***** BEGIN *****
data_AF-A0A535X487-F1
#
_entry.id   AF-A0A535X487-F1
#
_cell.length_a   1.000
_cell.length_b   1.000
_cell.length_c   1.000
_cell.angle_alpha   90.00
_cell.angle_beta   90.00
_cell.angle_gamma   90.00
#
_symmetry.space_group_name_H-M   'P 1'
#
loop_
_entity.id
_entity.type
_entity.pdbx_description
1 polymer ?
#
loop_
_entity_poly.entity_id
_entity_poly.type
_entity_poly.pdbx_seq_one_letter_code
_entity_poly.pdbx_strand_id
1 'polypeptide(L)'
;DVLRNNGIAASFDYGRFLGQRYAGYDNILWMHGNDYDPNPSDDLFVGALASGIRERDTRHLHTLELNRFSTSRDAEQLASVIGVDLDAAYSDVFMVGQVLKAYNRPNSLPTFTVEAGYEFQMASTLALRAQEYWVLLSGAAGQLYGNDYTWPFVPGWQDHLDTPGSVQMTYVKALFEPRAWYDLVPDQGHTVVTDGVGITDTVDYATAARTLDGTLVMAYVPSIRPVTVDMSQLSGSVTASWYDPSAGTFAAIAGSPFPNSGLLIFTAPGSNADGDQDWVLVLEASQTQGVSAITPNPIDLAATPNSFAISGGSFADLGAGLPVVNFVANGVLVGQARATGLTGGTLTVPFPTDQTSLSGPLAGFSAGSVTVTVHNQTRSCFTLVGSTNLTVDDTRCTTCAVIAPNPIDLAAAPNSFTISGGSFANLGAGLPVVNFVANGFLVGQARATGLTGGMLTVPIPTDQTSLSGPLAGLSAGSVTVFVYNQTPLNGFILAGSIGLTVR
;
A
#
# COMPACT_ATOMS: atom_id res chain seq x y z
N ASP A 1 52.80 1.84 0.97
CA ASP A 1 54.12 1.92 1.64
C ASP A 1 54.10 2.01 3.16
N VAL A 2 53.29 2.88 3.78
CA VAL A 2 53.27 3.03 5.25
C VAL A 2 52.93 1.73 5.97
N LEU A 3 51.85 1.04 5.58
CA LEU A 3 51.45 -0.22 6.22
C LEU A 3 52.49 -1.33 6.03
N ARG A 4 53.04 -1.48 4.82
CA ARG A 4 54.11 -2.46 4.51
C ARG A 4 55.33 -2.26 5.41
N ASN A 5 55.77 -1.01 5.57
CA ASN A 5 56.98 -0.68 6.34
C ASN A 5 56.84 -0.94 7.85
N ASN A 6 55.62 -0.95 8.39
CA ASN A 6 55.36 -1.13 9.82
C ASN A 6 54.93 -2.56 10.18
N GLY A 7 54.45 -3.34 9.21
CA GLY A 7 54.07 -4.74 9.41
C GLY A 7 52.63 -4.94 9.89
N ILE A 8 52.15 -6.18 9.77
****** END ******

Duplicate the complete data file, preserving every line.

data_AF-A0A535X487-F1
#
_entry.id   AF-A0A535X487-F1
#
_cell.length_a   1.000
_cell.length_b   1.000
_cell.length_c   1.000
_cell.angle_alpha   90.00
_cell.angle_beta   90.00
_cell.angle_gamma   90.00
#
_symmetry.space_group_name_H-M   'P 1'
#
loop_
_entity.id
_entity.type
_entity.pdbx_description
1 polymer ?
#
loop_
_entity_poly.entity_id
_entity_poly.type
_entity_poly.pdbx_seq_one_letter_code
_entity_poly.pdbx_strand_id
1 'polypeptide(L)'
;DVLRNNGIAASFDYGRFLGQRYAGYDNILWMHGNDYDPNPSDDLFVGALASGIRERDTRHLHTLELNRFSTSRDAEQLASVIGVDLDAAYSDVFMVGQVLKAYNRPNSLPTFTVEAGYEFQMASTLALRAQEYWVLLSGAAGQLYGNDYTWPFVPGWQDHLDTPGSVQMTYVKALFEPRAWYDLVPDQGHTVVTDGVGITDTVDYATAARTLDGTLVMAYVPSIRPVTVDMSQLSGSVTASWYDPSAGTFAAIAGSPFPNSGLLIFTAPGSNADGDQDWVLVLEASQTQGVSAITPNPIDLAATPNSFAISGGSFADLGAGLPVVNFVANGVLVGQARATGLTGGTLTVPFPTDQTSLSGPLAGFSAGSVTVTVHNQTRSCFTLVGSTNLTVDDTRCTTCAVIAPNPIDLAAAPNSFTISGGSFANLGAGLPVVNFVANGFLVGQARATGLTGGMLTVPIPTDQTSLSGPLAGLSAGSVTVFVYNQTPLNGFILAGSIGLTVR
;
A
#
# COMPACT_ATOMS: atom_id res chain seq x y z
N ASP A 1 52.80 1.84 0.97
CA ASP A 1 54.12 1.92 1.64
C ASP A 1 54.10 2.01 3.16
N VAL A 2 53.29 2.88 3.78
CA VAL A 2 53.27 3.03 5.25
C VAL A 2 52.93 1.73 5.97
N LEU A 3 51.85 1.04 5.58
CA LEU A 3 51.45 -0.22 6.22
C LEU A 3 52.49 -1.33 6.03
N ARG A 4 53.04 -1.48 4.82
CA ARG A 4 54.11 -2.46 4.51
C ARG A 4 55.33 -2.26 5.41
N ASN A 5 55.77 -1.01 5.57
CA ASN A 5 56.98 -0.68 6.34
C ASN A 5 56.84 -0.94 7.85
N ASN A 6 55.62 -0.95 8.39
CA ASN A 6 55.36 -1.13 9.82
C ASN A 6 54.93 -2.56 10.18
N GLY A 7 54.45 -3.34 9.21
CA GLY A 7 54.07 -4.74 9.41
C GLY A 7 52.63 -4.94 9.89
N ILE A 8 52.15 -6.18 9.77